If you’ve ever traveled hundreds of miles to get a taste of sautéed crab from Maryland, if your bucket list of places is organized by the foods you want to try, or if you simply enjoy food that is authentic to the region in which it is served, you probably merit the title of “foodie.” And you’re not alone; with the advent of food tourism services like Eatwith, Airbnb experiences, and Withlocals, trips to satiate the cuisine-curious are on the rise.
Food tourism goes beyond indulging in a few dishes prepared by expert chefs; people who travel for food do so with the intention of connecting more deeply to the region. The source of the ingredients matters. The way it’s prepared and who’s doing the preparation are also things to consider. Tasting some amazing pasta is nice, but going to Italy and having an Italian nonna teach you how to make homemade tagliatelle while she regales you with tales of her youth is even better.
The term “culinary tourism” can sometimes come off as elitist, but people engaged in this sort of tourism are just as likely to be found queueing up for some street food among hungry locals as they are in 3-star Michelin restaurants with the well heeled. The price of the food isn’t what makes the trip special; it’s about engaging with the locals and their authentic cuisine to become more fully immersed in the place.
Eatwith, a service dedicated to connecting foodies to local providers, offers dining experiences, food tours, and cooking classes that allow those hungering for more than food alone to engage with the culture. Instead of taking a classic walking tour of Athens, why not sample phyllo pies on an evening food tour led by a local Greek? Rather than trying your luck on the first few macarons you see in Paris, how about taking a macaron-making class with a MasterChef and sipping champagne as your creations bake?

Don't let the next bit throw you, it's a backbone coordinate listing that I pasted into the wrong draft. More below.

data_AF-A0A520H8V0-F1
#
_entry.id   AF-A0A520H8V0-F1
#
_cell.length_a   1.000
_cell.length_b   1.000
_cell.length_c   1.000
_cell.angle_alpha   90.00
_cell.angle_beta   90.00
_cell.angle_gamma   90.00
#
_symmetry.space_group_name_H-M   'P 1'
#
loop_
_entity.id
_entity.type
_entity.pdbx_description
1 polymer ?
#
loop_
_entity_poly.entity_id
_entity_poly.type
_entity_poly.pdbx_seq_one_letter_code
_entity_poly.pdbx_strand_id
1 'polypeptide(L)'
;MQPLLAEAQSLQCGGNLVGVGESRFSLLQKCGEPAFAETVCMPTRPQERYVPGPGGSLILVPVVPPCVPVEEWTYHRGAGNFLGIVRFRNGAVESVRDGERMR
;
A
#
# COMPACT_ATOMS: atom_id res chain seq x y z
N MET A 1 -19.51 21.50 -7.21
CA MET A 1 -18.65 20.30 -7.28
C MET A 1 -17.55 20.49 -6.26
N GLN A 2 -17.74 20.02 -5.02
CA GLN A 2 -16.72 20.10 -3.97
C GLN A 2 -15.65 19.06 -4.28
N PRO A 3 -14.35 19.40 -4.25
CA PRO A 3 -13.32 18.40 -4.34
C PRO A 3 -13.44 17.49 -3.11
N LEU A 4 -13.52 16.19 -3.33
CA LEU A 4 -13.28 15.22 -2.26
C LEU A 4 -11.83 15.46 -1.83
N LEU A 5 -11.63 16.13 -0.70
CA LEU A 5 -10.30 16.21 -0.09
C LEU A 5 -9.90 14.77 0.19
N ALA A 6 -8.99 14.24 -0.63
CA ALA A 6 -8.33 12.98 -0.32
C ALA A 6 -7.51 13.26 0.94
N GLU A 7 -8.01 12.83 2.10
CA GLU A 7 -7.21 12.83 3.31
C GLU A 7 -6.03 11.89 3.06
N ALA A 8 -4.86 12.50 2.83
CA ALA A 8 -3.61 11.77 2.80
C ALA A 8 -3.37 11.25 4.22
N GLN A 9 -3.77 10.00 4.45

Eatwith has over 25,000 hosts in 130 countries, all eager to share their generational knowledge with those interested. If the foodie in you is intrigued, contact me so we can start planning your culinary adventure!
We often bring up wine at Life’s Journey Travel, but not every place you visit is a bustling wine region. However, most places do have a signature cocktail or two, and there’s often a good story that goes along with it. Today, we’re bringing you the backstories of 5 signature cocktails from around the world - plus links to recipes so you can try them out for yourself!
Negroni - Florence, Italy
This is one of the few cocktails whose origin has a documented history. The year is 1919 and Count Camillo Negroni enters a Florentine bar. The Count, a fellow who had traveled to the United States and spent time as a cowboy in the Wild West, orders his favorite cocktail: an Americano. But he asks the bartender to give it more teeth; the man obliges by swapping the Americano’s club soda with a healthy dose of gin. Thus, the Negroni was born.
Caipirinha - Brazil
The zesty Caipirinha has a muddled history. Some people think that it was intended as a remedy to the Spanish flu in the early 20th century--it originally contained cachaça, green lemons, honey, and garlic, instead of sugar. Others say it simply got started in the regions of Santos and São Vicente, because that’s where the first cachaça distilleries were.